EEC aerotropolis study likely to wrap up in 2019
The government expects the EEC aerotropolis’ feasibility study to be completed in the next 18 months, says EEC Office secretarygeneral Kanit Sangsubhan.
The aerotropolis will cover 6,500 rai between Rayong and Chon Buri in the Eastern Economic Corridor (EEC). The 250-billion-baht project will be financed through a public-private partnership (PPP) scheme.
The government said it will announce the terms of reference for the project this month, aiming to sign a contract in December.
The feasibility study will be conducted by Team Consulting Engineering and Management Co and Chulalongkorn University’s Transportation Institute. Aviation specialist John Kasarda will aid in the development of U-tapao airport and villages surrounding the EEC aerotropolis.
The government allocated 7 million baht for the first phase of the feasibility study and 10 million for the second phase.
“The government wants U-tapao airport to be Thailand’s model for an aerotropolis, a community where the layout, infrastructure and economy is centred around an airport,” said Mr Kanit.
The government projects the U-tapao infrastructure will be in place by 2023. The airport is expected to serve 15 million passengers in the next five years, 30 million passengers in 10 years and 60 million passengers in 15 years.
The government recently announced its infrastructure development plans, which include 168 projects worth 988 billion baht. PPPs will provide 59% of the capital (583 billion baht); the government’s annual statement of expenditure will contribute 20% (296 billion); state enterprises will contribute 10% (98 billion), and the navy will contribute 1%.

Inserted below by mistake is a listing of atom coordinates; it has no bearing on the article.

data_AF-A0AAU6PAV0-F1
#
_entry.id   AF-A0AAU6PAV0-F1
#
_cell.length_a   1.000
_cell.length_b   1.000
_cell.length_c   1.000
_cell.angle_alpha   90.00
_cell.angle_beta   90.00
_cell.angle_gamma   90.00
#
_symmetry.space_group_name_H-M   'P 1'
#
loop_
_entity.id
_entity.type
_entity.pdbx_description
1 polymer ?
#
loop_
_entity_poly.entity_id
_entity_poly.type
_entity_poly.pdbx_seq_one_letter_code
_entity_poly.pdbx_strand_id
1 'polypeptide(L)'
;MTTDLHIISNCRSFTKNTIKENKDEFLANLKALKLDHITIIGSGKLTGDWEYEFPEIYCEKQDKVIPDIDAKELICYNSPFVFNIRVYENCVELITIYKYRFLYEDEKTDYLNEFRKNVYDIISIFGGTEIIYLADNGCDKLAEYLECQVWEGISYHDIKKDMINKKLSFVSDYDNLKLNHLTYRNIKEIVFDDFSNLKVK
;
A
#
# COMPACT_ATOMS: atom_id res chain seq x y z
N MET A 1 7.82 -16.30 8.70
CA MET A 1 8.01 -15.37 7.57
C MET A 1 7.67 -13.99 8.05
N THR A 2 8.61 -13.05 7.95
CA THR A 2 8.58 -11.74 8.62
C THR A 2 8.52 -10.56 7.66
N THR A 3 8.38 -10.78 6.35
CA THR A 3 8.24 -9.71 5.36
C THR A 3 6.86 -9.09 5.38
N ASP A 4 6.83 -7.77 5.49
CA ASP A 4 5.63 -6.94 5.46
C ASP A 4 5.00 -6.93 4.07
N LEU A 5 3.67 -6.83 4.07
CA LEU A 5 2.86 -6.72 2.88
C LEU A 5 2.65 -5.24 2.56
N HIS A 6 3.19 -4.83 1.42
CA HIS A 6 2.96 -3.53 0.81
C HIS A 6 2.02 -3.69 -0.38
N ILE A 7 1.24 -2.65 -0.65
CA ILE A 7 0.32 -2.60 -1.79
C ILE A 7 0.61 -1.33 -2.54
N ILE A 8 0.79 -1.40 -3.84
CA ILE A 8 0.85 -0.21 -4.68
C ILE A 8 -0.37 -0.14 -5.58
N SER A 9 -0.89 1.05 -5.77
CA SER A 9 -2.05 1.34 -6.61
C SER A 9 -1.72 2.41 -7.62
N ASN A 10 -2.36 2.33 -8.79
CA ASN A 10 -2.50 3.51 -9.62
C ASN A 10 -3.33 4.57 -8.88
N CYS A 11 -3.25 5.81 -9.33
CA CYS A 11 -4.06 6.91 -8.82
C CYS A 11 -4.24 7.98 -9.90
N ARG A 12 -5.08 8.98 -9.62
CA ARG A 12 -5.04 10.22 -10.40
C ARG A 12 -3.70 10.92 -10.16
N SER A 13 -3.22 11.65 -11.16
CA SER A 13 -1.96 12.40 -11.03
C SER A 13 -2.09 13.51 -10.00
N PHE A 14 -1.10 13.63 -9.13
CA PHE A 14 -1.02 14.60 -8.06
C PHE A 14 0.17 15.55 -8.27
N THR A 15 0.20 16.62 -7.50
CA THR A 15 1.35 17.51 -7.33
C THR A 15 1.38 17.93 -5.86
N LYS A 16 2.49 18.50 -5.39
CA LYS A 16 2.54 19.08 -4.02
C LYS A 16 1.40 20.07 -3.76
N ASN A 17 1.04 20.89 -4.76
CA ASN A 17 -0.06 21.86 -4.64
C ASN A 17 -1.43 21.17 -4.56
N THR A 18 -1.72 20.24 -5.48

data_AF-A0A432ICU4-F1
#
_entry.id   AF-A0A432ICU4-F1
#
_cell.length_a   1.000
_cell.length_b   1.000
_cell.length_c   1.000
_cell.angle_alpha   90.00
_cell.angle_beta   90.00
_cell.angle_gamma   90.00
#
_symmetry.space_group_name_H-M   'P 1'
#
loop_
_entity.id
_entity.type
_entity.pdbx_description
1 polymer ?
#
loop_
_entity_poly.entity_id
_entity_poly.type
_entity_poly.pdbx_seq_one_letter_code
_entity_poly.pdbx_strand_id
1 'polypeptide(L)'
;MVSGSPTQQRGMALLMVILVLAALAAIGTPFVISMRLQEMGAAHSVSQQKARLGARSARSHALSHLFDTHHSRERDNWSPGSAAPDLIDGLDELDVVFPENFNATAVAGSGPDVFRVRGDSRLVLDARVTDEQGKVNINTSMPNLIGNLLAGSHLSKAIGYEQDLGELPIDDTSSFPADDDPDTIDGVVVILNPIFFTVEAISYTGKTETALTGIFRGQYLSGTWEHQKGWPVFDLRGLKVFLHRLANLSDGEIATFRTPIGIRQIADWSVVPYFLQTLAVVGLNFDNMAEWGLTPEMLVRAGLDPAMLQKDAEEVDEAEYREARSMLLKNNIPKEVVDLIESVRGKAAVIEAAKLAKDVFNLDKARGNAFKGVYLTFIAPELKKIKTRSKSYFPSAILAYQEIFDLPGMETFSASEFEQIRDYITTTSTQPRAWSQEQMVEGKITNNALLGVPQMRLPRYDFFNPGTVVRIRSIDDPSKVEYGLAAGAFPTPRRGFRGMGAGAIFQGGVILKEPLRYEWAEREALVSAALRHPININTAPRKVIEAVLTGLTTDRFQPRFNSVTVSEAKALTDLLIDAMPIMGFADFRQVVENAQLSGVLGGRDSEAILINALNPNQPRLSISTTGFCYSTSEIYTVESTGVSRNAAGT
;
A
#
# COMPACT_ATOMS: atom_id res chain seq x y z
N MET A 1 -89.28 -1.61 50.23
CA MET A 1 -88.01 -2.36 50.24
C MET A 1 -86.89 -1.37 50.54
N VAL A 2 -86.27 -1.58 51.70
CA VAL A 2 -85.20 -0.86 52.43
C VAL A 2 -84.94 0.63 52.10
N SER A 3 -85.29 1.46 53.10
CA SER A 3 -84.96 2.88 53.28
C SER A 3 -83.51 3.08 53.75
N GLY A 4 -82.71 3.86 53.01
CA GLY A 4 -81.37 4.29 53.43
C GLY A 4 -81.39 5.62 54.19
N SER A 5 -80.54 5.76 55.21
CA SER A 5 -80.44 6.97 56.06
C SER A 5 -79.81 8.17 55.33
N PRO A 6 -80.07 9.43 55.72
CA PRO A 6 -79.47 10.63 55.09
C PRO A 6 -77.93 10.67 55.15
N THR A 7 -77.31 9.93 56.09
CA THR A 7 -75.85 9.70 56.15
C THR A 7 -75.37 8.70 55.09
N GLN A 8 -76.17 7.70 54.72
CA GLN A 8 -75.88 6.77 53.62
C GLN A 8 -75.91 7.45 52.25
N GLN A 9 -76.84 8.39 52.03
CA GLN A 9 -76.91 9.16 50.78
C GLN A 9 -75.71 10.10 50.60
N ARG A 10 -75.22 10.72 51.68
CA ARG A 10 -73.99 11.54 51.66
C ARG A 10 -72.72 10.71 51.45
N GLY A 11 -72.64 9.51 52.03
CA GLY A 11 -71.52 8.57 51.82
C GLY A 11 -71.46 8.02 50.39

The EEC aerotropolis development will include the airport city as well as aviation industry, logistics and free trade areas, he said. The project’s inner ring (city section) will extend 10 kilometres from the airport. The outer aerotropolis will connect with the logistics systems of Chon Buri, Rayong and Chachoengsao, he said.
The government is concerned that expropriating the land needed for the EEC aerotropolis development project will lead to conflicts with local villagers and developers. The EEC Office and the Public Works and Town and Country Planning Department are working to solve the land expropriation conflict.
Mr Kasarda, the leading developer of the aerotropolis concept, said the government needs to train human resource managers and other employees essential to its aerotropolis project and the Thailand 4.0 policy.
The government is promoting 10 targeted industries: next-generation cars; smart electronics; affluent, medical and wellness tourism; agriculture and biotechnology; food; robotics for industry; logistics and aviation; biofuels and biochemicals; digital; and medical services.